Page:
Green light for KerangLink, Victoria’s massive renewable energy grid upgrade

Victoria is boosting plans to build hundreds of kilometres of new power lines as part of a push to share more electricity with NSW and increase renewable energy to offset the looming closure of the state’s three remaining brown coal-fired power plants.

Energy Minister Lily D’Ambrosio has given the energy grid operator the green light to start early planning work on the much-anticipated KerangLink interconnector, a high-capacity, high-voltage overhead transmission line running between Victoria and NSW.

A new interconnector will help Victoria and NSW share electricity and increase renewable energy.Credit:Nicole Cleary

The project, which is expected to cost about $3.3 billion, will link Victoria’s Western Renewables Link (potentially at a terminal just north of Ballarat) with a new interconnector at Dinawan, in the NSW Riverina region, via new stations near Bendigo and Kerang.

The new link will mean power stored by the Snowy 2.0 hydropower project in the Snowy Mountains can be siphoned to Victoria. In turn, power generated by Victoria’s new wind farms can be sent north, improving the reliability of the grid.

D’Ambrosio said the project, also known as VNI West, would unlock between 1900 and 5000 megawatts of renewable energy, and help strengthen Victoria’s electricity supply during periods of high demand, such as hot days.

“As ageing coal-fired generators retire and become increasingly unreliable, Victoria is enabling a once-in-a-generation transformation of our clean energy grid and delivering thousands of jobs along the way,” she said.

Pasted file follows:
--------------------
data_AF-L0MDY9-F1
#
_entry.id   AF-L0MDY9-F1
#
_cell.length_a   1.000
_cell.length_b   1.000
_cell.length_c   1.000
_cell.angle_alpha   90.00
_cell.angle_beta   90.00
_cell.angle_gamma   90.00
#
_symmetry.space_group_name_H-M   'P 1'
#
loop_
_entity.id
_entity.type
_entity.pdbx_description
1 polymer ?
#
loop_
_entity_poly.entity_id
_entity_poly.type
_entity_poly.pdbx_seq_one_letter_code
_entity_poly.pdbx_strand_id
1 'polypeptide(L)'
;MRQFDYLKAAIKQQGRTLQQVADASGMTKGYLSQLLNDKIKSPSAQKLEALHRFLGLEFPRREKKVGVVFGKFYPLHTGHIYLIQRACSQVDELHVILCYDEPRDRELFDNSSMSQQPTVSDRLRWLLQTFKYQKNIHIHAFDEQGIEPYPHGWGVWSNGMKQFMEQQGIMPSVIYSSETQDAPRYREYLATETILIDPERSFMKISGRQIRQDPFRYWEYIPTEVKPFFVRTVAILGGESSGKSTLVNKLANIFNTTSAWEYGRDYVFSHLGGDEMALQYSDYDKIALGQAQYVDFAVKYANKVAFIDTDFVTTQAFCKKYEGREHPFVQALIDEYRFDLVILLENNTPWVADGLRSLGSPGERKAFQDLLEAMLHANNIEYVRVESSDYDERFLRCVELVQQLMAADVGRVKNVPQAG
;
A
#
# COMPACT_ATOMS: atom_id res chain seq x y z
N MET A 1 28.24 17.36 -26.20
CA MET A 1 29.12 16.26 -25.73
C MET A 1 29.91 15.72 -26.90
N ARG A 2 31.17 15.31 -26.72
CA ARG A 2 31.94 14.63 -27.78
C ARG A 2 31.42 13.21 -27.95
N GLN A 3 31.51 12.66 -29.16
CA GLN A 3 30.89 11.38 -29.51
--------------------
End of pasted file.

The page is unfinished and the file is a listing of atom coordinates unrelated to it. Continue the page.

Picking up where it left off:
“Bringing forward VNI West means we can connect cheaper, more reliable renewable energy sooner, putting downward pressure on energy prices.”

The Andrews government is promising to be 65 per cent reliant on renewable energy by 2030 and 95 per cent by 2035, which would mark an end to Victoria’s century-long reliance on brown coal within the next decade.

But the push to ramp up renewable power follows growing alarm about the ability of the grid to cope with a surge in variable wind and solar energy, much of which is located in western Victoria, far from the state’s ageing and increasingly unreliable brown coal-fired generators.

The Australian Energy Market Operator (AEMO) has found that, based on new and existing projects, Victoria will face power reliability gaps as early as 2024, with minimum reliability standards expected to be breached in Victoria from 2028 onwards.

Environment Minister Lily D’Ambrosio.Credit:Wayne Taylor

D’Ambrosio said an order had been issued allowing the energy regulator to immediately start planning for the VNI West project, including a detailed engineering design, costings and community consultation, with an environmental assessment to start later this year, a year earlier than expected.

AEMO chief executive Daniel Westerman recently warned that without “social licence”, crucial electricity infrastructure might never get built.

“No one likes to feel railroaded,” he said.

“If we … don’t get this right, infrastructure will cost more, take longer to build, and ultimately may never be completed.”

Australian Energy Market Operator chief executive Daniel Westerman.Credit:Jeremy Piper

D’Ambrosio said the AEMO would also consider alternative options to minimise the impact of the KerangLink project on regional communities, including the connection point with Victoria’s Western Renewables Link.

In the lead-up to last year’s state election, the federal government announced the Commonwealth’s Clean Energy Finance Corporation would provide a concessional loan of $750 million to help build the KerangLink interconnector.

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